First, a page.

If mechanical designers ruled the world, all rack-mounted equipment would be passively cooled. Why? There are five primary reasons:
- Eliminate moving parts that fail
- Decrease the cost of the equipment
- Eliminate rack room noise
- Decrease system downtime for maintenance
- Ensure warranty and longer product life
These are the promises of passive cooling systems in rack-mounted equipment, and really, they lead to a win-win-win for manufacturers, integrators, and end users alike.
To quickly define passive cooling, we’ll turn to Wikipedia:
Passive cooling is a building design approach that focuses on heat gain control and heat dissipation in a building in order to improve the indoor thermal comfort with low or nil energy consumption. This approach works either by preventing heat from entering the interior (heat gain prevention) or by removing heat from the building (natural cooling). Natural cooling utilizes on-site energy, available from the natural environment, combined with the architectural design of building components, rather than mechanical systems to dissipate heat.
Passive, or natural, cooling as it pertains to what we do at Biamp, means that we would design the cooling systems of our products to remove heat from the inside of the chassis and/or cool the air outside the chassis, without using a fan.
The 3 Ways to Cool a Chassis
The way I see it, there are three levels at which a chassis can be cooled: board level, box level, and rack level. Let’s take a look at what cooling methods are currently available/possible in the near future to cool each.
1) Board Level Cooling
We currently use strategically-placed heat sinks that are affixed over hot components on the board. The metal heat sinks provide a larger surface area for the heat from the components to dissipate. That heat gathered in the heat sink is then transferred out through the vents via ambient air outside the chassis, naturally cooling the components inside without requiring forced air from a fan.
Or you could conduct the heat to the outside of the chassis by arranging a big heat sink on the wall of the chassis that connects to the smaller heat sinks on the board.
Heat pipes are for extremely hot components like integrated chips that run a computer. None of our current equipment has processors that get that hot, but it’s a great option for electro-mechanical heat-generating devices.
2) Box Level Cooling
Remember the five primary reasons why passive cooling is so great? It all revolves around the use of fans (pun intended). The installation of fans on any piece of equipment means there will be more little pieces for manufacturers to purchase, for integrators to keep track of and know what to do with, and end users to replace when they eventually fail.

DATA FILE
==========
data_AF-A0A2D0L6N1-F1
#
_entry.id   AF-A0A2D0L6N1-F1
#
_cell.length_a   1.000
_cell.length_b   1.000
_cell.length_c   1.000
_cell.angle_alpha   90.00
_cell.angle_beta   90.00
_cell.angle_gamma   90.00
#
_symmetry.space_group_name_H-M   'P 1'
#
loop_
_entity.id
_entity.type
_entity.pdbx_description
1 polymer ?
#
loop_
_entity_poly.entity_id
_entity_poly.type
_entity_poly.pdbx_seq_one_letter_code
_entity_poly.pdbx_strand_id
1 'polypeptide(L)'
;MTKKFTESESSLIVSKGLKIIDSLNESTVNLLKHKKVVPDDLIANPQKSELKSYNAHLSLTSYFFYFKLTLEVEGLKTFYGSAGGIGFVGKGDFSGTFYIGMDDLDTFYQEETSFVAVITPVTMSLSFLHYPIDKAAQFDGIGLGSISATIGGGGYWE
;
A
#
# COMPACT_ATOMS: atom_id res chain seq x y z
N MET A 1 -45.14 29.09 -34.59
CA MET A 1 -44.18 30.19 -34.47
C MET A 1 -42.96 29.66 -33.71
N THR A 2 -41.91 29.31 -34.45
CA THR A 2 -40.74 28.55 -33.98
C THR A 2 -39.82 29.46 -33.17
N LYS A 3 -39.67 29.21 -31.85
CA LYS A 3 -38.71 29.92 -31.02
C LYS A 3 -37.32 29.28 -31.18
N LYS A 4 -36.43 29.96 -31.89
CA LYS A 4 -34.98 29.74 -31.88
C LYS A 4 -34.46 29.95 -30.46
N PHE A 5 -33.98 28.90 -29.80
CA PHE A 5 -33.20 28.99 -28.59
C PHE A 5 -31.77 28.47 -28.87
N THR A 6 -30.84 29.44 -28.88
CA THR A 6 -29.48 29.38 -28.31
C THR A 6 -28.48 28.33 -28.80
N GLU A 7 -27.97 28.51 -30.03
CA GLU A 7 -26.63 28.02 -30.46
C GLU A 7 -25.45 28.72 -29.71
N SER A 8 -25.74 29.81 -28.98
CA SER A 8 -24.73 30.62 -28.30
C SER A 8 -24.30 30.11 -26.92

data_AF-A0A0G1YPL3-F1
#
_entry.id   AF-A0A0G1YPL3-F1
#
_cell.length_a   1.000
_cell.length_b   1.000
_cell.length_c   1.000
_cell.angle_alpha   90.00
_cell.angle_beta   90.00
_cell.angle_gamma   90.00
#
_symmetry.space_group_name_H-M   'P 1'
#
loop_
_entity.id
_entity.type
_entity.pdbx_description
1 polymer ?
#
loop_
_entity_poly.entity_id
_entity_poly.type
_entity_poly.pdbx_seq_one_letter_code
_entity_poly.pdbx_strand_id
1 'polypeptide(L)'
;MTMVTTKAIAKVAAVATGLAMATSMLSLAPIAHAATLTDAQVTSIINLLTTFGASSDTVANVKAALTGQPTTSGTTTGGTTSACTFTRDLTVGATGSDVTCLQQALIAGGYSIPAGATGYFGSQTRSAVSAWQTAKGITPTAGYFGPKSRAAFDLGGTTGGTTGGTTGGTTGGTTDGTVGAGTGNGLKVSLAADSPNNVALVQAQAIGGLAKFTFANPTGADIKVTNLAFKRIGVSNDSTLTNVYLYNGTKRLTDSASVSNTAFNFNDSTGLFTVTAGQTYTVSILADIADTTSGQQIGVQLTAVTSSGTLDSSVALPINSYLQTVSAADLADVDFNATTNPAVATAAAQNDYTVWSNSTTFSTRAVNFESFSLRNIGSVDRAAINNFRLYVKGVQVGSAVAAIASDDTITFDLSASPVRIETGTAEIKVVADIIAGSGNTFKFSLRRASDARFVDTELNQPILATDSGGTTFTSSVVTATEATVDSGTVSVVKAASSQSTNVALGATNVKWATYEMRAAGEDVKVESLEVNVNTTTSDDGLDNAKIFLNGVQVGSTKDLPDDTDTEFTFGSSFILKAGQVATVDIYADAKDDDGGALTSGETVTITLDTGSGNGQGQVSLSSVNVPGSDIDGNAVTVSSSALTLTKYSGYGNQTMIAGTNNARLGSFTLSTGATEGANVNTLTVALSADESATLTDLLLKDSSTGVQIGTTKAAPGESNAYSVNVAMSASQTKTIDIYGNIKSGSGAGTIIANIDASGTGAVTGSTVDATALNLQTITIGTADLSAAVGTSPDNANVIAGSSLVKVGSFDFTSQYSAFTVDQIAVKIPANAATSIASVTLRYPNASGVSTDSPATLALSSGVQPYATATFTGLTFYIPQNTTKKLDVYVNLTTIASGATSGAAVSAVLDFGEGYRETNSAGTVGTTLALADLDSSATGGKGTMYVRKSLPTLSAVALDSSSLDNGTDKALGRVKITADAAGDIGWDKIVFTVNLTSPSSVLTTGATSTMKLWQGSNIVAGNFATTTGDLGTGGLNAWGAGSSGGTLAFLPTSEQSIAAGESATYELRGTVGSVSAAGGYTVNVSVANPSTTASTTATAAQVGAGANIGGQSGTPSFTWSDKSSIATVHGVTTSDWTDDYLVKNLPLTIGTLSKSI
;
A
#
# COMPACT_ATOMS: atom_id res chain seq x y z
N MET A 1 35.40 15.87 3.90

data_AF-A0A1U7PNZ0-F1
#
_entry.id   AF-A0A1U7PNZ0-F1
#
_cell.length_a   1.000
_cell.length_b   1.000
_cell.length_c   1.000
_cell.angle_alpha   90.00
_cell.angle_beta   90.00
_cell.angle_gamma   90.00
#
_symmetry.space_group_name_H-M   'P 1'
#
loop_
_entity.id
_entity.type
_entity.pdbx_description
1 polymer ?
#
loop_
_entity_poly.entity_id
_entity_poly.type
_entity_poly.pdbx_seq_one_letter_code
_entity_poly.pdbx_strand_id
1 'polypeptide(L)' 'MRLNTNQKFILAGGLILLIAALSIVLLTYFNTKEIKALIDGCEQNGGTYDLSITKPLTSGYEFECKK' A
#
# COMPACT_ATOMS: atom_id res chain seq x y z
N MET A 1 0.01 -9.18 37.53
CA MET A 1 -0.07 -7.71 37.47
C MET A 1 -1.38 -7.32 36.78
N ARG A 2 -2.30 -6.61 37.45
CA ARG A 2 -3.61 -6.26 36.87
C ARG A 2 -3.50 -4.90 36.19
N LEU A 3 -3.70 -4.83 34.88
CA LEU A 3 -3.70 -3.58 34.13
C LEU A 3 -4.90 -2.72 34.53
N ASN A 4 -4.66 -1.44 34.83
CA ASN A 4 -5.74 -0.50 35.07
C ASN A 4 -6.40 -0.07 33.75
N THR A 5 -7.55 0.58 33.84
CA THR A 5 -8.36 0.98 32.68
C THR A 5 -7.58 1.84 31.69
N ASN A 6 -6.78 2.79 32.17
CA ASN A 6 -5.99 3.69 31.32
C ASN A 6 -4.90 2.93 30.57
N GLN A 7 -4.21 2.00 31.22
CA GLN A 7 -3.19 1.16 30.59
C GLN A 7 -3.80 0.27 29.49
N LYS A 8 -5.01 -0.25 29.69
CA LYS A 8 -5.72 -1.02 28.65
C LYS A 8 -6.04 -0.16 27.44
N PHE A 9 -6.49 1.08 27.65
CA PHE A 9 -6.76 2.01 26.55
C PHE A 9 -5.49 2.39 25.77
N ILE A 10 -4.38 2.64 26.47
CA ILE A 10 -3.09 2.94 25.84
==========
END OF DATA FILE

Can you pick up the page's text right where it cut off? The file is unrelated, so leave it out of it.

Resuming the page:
Depending on the fan, the retail price can be about $25, not including the other required bits like screws and plenums. That manufacturing cost is added to the price of the equipment. Oh, and they’re loud. I’ve heard rack rooms that sound like jet engines because of all the frantically spinning fans in there.
When a fan fails (not if), the integrator or IT person can replace it, or, as with our equipment, the end user may have to send it back to our Repair team. That means system downtime. That means a potential loss in business productivity, i.e. money. No one wants that.
It’s great then, that companies have equipment warranties. Ours is five years, so if your fan fails within five years of your purchase, we can take care of it for you within a few days (no really, our Repair team is that efficient…and there’s just not that much for them to do).
3) Rack Level Cooling
What if a large, slow-moving fan existed that could cool a whole rack? You could put it on top of the rack and it would slowly revolve, drawing heat in, moving it around the room, and cooling everything in it–all the racks, all the products on the rack, the whole room.
I don’t know of such a device, but could a rack fan eliminate or minimize some of the current costs of AC and control systems required in rack closets and server facilities? It’s just an idea…
The World According to a Mechanical Designer
By using analysis systems such as the Computational Fluid Dynamic (CFD), that allow you to analyze and characterize your entire design before it’s finalized and released for engineering, implementing effective passive cooling methods is a lot easier.
In other words, with the use of CFD, we can analyze and confirm where the hot spots in a product will be before it’s ever created. With this information, we can experiment with different cooling methods and component placement for maximum efficiency and cost-effectiveness, and maybe not even design in a fan.
By reducing parts and complex assembly, manufacturers can simultaneously reduce the cost of equipment and make it last longer. If you can place a heat sink on the top of the board and cool the box effectively without a fan, then that’s a better solution.
Fun Tip: How to Extend the Life of Your Electro-Mechanical Devices
If you’re multi-tasking on your phone or laptop and the processing is really high, it gets hot. It starts to whir and work really hard. If you’re in the car, stick it in front of the AC vent and cool it off. If you’re at home, put it on a cool surface. Any component, on any board, in any sort of electro-mechanical heat-generating device will last longer if it doesn’t get hot.